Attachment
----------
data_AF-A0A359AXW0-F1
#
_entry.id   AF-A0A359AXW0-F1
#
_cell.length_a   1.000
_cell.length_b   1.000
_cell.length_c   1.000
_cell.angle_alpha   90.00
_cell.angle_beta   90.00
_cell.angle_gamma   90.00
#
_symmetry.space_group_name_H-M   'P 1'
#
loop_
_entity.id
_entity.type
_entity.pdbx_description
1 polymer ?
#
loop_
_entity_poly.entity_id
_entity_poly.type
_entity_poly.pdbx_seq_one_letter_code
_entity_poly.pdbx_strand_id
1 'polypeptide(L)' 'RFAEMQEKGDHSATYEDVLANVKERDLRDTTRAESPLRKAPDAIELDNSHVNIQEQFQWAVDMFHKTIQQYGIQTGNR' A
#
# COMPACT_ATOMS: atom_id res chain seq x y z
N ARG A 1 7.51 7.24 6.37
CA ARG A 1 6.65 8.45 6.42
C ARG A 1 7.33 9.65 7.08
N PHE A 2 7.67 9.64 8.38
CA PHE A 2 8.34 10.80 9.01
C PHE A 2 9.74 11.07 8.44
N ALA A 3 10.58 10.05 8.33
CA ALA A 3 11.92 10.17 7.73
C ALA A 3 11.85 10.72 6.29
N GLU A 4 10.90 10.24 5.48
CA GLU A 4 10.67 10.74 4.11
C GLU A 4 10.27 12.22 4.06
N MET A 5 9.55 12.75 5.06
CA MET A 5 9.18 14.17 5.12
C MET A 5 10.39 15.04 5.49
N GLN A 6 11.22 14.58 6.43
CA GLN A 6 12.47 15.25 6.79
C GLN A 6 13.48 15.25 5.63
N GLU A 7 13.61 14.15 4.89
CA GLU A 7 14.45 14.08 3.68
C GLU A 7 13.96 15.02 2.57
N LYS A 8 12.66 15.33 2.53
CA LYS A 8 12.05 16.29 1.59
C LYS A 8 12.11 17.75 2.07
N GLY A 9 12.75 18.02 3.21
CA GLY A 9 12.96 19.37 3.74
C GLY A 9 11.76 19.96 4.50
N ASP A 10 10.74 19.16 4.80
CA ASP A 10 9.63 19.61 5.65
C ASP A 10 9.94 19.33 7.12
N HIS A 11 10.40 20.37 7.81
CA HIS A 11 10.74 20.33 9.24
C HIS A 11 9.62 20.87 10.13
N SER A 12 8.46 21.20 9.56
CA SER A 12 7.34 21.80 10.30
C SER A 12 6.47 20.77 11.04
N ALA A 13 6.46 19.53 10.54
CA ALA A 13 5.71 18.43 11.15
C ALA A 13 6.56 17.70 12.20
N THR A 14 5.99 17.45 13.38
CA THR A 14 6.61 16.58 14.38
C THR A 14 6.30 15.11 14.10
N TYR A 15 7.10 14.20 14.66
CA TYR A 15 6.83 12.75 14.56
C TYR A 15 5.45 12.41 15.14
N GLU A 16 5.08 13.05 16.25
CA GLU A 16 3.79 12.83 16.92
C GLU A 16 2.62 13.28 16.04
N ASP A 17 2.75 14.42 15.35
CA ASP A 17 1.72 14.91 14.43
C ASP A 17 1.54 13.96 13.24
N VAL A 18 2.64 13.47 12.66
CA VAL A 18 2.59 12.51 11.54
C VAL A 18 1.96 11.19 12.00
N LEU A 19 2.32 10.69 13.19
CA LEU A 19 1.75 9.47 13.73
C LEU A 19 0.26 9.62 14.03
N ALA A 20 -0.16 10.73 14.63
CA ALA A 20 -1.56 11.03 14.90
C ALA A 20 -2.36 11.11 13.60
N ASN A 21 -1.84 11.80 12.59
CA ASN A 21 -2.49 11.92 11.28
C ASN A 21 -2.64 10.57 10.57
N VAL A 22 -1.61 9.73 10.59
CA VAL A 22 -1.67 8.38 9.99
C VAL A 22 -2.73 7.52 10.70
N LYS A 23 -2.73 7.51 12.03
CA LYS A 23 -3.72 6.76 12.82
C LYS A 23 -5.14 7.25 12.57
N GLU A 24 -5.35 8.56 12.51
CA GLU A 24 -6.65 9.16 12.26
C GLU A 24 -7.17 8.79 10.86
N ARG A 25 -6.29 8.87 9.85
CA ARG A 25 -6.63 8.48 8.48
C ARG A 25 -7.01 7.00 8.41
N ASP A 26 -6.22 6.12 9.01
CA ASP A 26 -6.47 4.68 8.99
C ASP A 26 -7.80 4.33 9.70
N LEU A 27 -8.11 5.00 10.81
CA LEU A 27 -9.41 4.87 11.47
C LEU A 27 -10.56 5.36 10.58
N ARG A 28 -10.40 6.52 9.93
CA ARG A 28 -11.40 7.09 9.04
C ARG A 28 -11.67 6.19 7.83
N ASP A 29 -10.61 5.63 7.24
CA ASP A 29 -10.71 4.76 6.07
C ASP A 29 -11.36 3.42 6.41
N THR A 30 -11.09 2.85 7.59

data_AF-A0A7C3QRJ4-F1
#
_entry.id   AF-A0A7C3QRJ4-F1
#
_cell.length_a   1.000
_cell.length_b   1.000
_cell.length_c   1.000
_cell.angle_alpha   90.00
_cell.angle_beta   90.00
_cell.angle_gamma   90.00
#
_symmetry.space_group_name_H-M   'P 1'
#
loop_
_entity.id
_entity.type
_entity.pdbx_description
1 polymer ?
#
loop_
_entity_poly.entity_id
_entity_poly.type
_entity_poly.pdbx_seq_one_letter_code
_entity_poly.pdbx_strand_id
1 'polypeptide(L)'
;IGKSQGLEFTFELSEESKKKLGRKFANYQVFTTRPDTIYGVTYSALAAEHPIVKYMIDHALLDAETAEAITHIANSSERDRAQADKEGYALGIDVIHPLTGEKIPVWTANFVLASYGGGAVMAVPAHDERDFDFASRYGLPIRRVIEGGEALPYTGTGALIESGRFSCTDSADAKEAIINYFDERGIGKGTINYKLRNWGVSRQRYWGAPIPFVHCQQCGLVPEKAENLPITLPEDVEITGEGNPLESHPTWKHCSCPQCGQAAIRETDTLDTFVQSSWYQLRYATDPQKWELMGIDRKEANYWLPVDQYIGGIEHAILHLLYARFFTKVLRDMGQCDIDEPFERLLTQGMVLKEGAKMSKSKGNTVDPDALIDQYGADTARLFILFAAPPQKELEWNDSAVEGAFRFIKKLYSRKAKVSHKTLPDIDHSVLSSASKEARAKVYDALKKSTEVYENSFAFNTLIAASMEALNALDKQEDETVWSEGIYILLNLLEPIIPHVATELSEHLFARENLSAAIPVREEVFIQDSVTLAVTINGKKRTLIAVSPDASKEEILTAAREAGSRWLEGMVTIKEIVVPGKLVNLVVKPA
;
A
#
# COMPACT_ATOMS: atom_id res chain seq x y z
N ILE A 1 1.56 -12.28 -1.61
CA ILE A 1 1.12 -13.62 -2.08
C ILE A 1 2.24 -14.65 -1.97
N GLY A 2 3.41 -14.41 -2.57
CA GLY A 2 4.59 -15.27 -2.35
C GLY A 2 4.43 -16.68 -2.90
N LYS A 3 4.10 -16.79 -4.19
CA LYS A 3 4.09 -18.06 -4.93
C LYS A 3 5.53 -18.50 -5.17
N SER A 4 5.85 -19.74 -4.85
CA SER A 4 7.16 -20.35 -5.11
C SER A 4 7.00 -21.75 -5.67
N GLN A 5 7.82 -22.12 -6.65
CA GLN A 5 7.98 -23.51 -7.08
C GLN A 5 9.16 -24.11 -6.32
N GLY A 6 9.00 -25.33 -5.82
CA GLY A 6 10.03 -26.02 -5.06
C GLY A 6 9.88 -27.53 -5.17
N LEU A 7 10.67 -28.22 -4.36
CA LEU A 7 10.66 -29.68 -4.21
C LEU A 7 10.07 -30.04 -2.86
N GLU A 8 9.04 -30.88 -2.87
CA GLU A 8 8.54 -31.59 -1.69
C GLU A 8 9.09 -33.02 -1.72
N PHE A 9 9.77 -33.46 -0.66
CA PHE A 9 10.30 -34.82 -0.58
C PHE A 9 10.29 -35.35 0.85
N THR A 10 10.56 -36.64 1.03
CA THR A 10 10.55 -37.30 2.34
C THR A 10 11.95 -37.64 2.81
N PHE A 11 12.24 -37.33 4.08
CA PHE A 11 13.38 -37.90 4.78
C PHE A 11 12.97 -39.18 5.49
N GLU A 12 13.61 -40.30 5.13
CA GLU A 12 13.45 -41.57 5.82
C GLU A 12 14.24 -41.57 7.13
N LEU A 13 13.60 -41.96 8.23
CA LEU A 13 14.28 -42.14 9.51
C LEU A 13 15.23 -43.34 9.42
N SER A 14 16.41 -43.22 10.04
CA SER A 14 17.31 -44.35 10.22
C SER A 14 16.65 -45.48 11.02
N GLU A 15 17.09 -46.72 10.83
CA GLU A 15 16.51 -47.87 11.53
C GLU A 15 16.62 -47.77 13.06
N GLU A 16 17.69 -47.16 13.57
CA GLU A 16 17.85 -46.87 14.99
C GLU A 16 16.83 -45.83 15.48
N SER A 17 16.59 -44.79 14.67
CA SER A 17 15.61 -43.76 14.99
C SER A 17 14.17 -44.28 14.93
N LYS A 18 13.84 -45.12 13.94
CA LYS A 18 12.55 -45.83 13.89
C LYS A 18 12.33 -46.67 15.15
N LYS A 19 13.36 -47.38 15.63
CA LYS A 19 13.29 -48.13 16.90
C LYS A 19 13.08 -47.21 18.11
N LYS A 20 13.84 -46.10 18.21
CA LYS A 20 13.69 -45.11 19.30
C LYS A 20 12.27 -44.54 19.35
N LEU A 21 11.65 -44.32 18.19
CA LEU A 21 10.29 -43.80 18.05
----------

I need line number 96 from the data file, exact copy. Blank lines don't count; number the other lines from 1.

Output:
C LYS A 23 -5.14 7.25 12.57